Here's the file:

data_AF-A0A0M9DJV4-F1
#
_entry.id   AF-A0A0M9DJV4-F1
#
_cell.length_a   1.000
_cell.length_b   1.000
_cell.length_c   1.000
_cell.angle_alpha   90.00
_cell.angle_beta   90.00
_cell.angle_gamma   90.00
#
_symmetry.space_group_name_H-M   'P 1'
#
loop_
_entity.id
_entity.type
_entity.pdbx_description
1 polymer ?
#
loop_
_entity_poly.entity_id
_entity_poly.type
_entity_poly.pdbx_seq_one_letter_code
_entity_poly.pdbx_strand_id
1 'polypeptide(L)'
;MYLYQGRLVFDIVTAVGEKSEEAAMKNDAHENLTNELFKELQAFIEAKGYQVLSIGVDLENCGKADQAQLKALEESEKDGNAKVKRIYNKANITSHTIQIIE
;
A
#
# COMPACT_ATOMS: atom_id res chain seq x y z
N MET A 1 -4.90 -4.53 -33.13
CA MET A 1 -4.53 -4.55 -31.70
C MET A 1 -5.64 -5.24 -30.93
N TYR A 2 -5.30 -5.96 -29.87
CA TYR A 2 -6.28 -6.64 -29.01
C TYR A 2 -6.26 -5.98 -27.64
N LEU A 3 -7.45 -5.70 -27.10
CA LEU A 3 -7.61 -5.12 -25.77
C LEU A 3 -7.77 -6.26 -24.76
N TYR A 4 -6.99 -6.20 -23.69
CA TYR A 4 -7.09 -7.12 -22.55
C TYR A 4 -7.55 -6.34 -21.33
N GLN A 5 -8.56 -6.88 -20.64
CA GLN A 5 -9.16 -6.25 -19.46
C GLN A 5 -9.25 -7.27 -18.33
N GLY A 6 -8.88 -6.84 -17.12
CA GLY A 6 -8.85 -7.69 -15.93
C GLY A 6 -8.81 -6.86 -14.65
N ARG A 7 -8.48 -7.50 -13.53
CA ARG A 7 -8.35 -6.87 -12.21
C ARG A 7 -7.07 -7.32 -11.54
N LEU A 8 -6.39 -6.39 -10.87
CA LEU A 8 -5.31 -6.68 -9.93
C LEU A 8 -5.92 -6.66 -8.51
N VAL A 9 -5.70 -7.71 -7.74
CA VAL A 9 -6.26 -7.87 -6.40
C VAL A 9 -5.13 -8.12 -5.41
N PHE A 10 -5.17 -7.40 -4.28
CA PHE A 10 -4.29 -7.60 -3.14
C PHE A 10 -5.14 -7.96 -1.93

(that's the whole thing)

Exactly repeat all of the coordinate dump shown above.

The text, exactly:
data_AF-A0A0M9DJV4-F1
#
_entry.id   AF-A0A0M9DJV4-F1
#
_cell.length_a   1.000
_cell.length_b   1.000
_cell.length_c   1.000
_cell.angle_alpha   90.00
_cell.angle_beta   90.00
_cell.angle_gamma   90.00
#
_symmetry.space_group_name_H-M   'P 1'
#
loop_
_entity.id
_entity.type
_entity.pdbx_description
1 polymer ?
#
loop_
_entity_poly.entity_id
_entity_poly.type
_entity_poly.pdbx_seq_one_letter_code
_entity_poly.pdbx_strand_id
1 'polypeptide(L)'
;MYLYQGRLVFDIVTAVGEKSEEAAMKNDAHENLTNELFKELQAFIEAKGYQVLSIGVDLENCGKADQAQLKALEESEKDGNAKVKRIYNKANITSHTIQIIE
;
A
#
# COMPACT_ATOMS: atom_id res chain seq x y z
N MET A 1 -4.90 -4.53 -33.13
CA MET A 1 -4.53 -4.55 -31.70
C MET A 1 -5.64 -5.24 -30.93
N TYR A 2 -5.30 -5.96 -29.87
CA TYR A 2 -6.28 -6.64 -29.01
C TYR A 2 -6.26 -5.98 -27.64
N LEU A 3 -7.45 -5.70 -27.10
CA LEU A 3 -7.61 -5.12 -25.77
C LEU A 3 -7.77 -6.26 -24.76
N TYR A 4 -6.99 -6.20 -23.69
CA TYR A 4 -7.09 -7.12 -22.55
C TYR A 4 -7.55 -6.34 -21.33
N GLN A 5 -8.56 -6.88 -20.64
CA GLN A 5 -9.16 -6.25 -19.46
C GLN A 5 -9.25 -7.27 -18.33
N GLY A 6 -8.88 -6.84 -17.12
CA GLY A 6 -8.85 -7.69 -15.93
C GLY A 6 -8.81 -6.86 -14.65
N ARG A 7 -8.48 -7.50 -13.53
CA ARG A 7 -8.35 -6.87 -12.21
C ARG A 7 -7.07 -7.32 -11.54
N LEU A 8 -6.39 -6.39 -10.87
CA LEU A 8 -5.31 -6.68 -9.93
C LEU A 8 -5.92 -6.66 -8.51
N VAL A 9 -5.70 -7.71 -7.74
CA VAL A 9 -6.26 -7.87 -6.40
C VAL A 9 -5.13 -8.12 -5.41
N PHE A 10 -5.17 -7.40 -4.28
CA PHE A 10 -4.29 -7.60 -3.14
C PHE A 10 -5.14 -7.96 -1.93